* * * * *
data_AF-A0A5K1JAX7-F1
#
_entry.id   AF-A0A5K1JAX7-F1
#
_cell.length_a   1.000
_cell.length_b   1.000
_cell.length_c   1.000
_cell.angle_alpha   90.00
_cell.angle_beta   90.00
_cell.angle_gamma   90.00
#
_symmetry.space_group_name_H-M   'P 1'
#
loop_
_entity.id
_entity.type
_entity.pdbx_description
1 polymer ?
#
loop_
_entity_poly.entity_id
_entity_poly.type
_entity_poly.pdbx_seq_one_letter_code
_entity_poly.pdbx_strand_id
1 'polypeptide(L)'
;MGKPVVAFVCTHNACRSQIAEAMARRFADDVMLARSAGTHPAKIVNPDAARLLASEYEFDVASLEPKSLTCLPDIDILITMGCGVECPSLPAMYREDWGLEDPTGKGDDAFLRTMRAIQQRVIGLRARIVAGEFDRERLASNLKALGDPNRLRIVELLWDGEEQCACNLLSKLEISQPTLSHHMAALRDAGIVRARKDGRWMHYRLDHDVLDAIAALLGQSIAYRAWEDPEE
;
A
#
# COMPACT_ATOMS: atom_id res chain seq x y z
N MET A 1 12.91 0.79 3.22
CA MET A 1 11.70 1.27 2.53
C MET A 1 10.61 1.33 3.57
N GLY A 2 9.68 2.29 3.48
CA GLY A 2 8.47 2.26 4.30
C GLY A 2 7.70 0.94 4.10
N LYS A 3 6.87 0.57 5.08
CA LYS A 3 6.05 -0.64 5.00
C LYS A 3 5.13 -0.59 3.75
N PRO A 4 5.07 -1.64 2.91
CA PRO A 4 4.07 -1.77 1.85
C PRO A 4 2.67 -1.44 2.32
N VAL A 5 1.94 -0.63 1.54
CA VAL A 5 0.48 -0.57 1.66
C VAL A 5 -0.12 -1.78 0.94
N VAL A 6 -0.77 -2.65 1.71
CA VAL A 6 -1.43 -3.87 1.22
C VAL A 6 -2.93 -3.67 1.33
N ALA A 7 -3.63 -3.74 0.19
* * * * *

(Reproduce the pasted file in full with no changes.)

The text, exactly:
data_AF-A0A5K1JAX7-F1
#
_entry.id   AF-A0A5K1JAX7-F1
#
_cell.length_a   1.000
_cell.length_b   1.000
_cell.length_c   1.000
_cell.angle_alpha   90.00
_cell.angle_beta   90.00
_cell.angle_gamma   90.00
#
_symmetry.space_group_name_H-M   'P 1'
#
loop_
_entity.id
_entity.type
_entity.pdbx_description
1 polymer ?
#
loop_
_entity_poly.entity_id
_entity_poly.type
_entity_poly.pdbx_seq_one_letter_code
_entity_poly.pdbx_strand_id
1 'polypeptide(L)'
;MGKPVVAFVCTHNACRSQIAEAMARRFADDVMLARSAGTHPAKIVNPDAARLLASEYEFDVASLEPKSLTCLPDIDILITMGCGVECPSLPAMYREDWGLEDPTGKGDDAFLRTMRAIQQRVIGLRARIVAGEFDRERLASNLKALGDPNRLRIVELLWDGEEQCACNLLSKLEISQPTLSHHMAALRDAGIVRARKDGRWMHYRLDHDVLDAIAALLGQSIAYRAWEDPEE
;
A
#
# COMPACT_ATOMS: atom_id res chain seq x y z
N MET A 1 12.91 0.79 3.22
CA MET A 1 11.70 1.27 2.53
C MET A 1 10.61 1.33 3.57
N GLY A 2 9.68 2.29 3.48
CA GLY A 2 8.47 2.26 4.30
C GLY A 2 7.70 0.94 4.10
N LYS A 3 6.87 0.57 5.08
CA LYS A 3 6.05 -0.64 5.00
C LYS A 3 5.13 -0.59 3.75
N PRO A 4 5.07 -1.64 2.91
CA PRO A 4 4.07 -1.77 1.85
C PRO A 4 2.67 -1.44 2.32
N VAL A 5 1.94 -0.63 1.54
CA VAL A 5 0.48 -0.57 1.66
C VAL A 5 -0.12 -1.78 0.94
N VAL A 6 -0.77 -2.65 1.71
CA VAL A 6 -1.43 -3.87 1.22
C VAL A 6 -2.93 -3.67 1.33
N ALA A 7 -3.63 -3.74 0.19